Console mode allows you to get one-off results of running Eideticker for a single test. You run a program called and it will print some numbers to standard output (or optionally output a web visualization of the results: see below).

get-metric-for-build on Android

To run get-metric-for-build against an already-installed version of Fennec, specify the name of the test followed by the names of the applications you want to test:

./bin/ <test> [app name 1] [app name 2] ...

If you want to test a set of apks, use the --use-apks option and specify the set of apks you want to test after the test name.

./bin/ --use-apks <test> <apk of build 1> [apk of build 2] ...

For example, to run the canvas clock test against the copy of Fennec nightly currently installed on the device, do:

./bin/ --use-apks clock org.mozilla.fennec

To run the same test against an uninstalled copy of Fennec nightly, try:

./bin/ --use-apks clock nightly.apk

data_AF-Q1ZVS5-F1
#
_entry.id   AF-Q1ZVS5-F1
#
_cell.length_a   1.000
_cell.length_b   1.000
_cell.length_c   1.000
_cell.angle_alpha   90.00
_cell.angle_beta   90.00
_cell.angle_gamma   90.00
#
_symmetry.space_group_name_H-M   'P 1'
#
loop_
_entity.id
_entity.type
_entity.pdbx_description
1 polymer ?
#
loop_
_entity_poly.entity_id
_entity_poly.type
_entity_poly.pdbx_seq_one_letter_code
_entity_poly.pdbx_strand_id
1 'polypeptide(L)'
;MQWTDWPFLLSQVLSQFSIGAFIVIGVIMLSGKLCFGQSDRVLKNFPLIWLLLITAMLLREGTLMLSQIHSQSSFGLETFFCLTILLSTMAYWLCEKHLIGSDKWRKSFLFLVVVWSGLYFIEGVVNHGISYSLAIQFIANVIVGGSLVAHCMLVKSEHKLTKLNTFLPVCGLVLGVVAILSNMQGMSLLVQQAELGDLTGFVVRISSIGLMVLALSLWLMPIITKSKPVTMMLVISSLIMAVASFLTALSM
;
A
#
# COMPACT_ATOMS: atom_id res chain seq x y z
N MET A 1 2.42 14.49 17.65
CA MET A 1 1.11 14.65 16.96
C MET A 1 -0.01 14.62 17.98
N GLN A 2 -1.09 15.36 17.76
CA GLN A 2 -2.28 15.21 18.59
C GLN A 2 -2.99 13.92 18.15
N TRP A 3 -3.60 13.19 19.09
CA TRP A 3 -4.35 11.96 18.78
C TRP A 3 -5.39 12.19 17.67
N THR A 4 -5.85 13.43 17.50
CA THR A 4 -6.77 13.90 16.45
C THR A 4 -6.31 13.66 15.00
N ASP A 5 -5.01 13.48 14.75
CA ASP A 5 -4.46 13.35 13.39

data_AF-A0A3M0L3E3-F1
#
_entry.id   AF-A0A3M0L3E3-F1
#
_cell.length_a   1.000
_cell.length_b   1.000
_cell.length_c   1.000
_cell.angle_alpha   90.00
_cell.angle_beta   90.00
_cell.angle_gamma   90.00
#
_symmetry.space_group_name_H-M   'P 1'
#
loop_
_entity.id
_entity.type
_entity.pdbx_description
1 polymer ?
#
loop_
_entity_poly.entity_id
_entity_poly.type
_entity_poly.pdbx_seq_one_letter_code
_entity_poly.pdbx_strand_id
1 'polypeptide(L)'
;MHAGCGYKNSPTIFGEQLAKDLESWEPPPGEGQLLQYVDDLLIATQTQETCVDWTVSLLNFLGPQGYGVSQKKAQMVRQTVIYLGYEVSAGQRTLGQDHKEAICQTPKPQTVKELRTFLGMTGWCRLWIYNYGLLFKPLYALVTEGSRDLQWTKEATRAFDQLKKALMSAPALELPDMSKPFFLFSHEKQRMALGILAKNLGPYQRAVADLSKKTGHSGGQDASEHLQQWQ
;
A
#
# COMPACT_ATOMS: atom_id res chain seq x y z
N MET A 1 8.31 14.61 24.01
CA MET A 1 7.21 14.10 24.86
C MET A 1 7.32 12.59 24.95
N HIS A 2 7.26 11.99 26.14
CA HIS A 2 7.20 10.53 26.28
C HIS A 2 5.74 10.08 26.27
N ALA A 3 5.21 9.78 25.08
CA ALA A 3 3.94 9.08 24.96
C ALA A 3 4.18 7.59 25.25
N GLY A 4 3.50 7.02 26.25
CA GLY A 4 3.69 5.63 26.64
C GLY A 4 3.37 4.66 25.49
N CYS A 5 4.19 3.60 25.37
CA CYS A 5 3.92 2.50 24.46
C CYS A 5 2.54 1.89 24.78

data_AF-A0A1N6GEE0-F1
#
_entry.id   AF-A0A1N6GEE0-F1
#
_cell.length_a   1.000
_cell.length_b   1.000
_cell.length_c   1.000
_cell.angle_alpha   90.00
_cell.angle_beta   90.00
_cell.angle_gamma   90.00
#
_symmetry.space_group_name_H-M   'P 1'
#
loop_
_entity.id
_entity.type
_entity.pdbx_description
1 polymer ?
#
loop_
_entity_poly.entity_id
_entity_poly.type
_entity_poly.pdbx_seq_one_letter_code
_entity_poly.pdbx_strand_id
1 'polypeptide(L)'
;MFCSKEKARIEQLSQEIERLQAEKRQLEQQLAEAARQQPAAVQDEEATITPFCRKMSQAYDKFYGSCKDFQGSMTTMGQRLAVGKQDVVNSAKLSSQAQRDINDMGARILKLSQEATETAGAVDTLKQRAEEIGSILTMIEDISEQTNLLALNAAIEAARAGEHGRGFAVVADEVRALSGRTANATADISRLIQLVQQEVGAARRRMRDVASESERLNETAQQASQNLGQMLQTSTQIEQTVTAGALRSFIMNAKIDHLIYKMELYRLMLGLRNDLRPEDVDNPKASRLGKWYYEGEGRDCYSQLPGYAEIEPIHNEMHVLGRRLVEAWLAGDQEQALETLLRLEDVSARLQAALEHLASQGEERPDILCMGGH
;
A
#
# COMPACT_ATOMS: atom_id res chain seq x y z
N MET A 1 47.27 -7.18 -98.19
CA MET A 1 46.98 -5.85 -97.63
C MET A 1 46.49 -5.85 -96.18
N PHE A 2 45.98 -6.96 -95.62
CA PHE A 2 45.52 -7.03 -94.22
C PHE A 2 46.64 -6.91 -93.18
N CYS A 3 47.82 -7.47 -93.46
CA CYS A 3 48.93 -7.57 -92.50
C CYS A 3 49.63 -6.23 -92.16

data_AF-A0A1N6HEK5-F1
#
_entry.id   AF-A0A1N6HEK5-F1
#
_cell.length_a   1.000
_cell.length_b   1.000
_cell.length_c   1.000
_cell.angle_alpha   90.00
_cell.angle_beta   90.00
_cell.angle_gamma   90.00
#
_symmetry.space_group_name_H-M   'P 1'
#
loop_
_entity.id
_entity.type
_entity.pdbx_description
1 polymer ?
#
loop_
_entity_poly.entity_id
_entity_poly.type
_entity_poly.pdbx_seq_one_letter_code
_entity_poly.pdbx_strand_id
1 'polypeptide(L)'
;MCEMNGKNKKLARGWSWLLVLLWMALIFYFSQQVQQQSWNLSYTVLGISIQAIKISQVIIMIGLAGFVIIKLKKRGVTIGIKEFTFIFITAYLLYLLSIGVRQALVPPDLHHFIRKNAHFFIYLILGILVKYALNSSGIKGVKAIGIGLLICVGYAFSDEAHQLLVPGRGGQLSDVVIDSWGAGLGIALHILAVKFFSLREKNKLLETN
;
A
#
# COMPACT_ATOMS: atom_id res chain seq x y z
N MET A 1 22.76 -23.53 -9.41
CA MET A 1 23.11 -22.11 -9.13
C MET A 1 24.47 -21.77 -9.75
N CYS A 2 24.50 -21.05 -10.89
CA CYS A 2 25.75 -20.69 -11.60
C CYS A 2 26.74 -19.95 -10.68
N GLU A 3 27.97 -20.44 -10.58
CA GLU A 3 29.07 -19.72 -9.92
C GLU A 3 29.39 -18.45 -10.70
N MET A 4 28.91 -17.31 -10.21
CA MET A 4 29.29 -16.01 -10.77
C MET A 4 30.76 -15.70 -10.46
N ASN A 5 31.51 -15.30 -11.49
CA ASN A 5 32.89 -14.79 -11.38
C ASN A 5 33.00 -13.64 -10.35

Occasionally you may want to run Fennec with a custom preference or two set, you can do this with the "extra prefs" option. Just pass a json dictionary of preferences, and they will be merged into the profile used by fennec:

./bin/ --use-apks \
    --extra-prefs "{gfx.color_management.enablev4: true}" clock \

In addition to supporting HDMI capture and analysis on Fennec, it is also possible to run the Eideticker harness in a mode that simply "captures" a performance log of the amnount of checkerboarding in Fennec and outputs results. This has two advantages: first, you don't need any kind of specialized hardware. Second, it's much faster (since there's no video encoding/decoding/analysis step). For this you want to pass in "--no-capture" and "--get-internal-checkerboard-stats", like so:

./bin/ --use-apks --no-capture --get-internal-checkerboard-stats taskjs nightly.apk

get-metric-for-build on FirefoxOS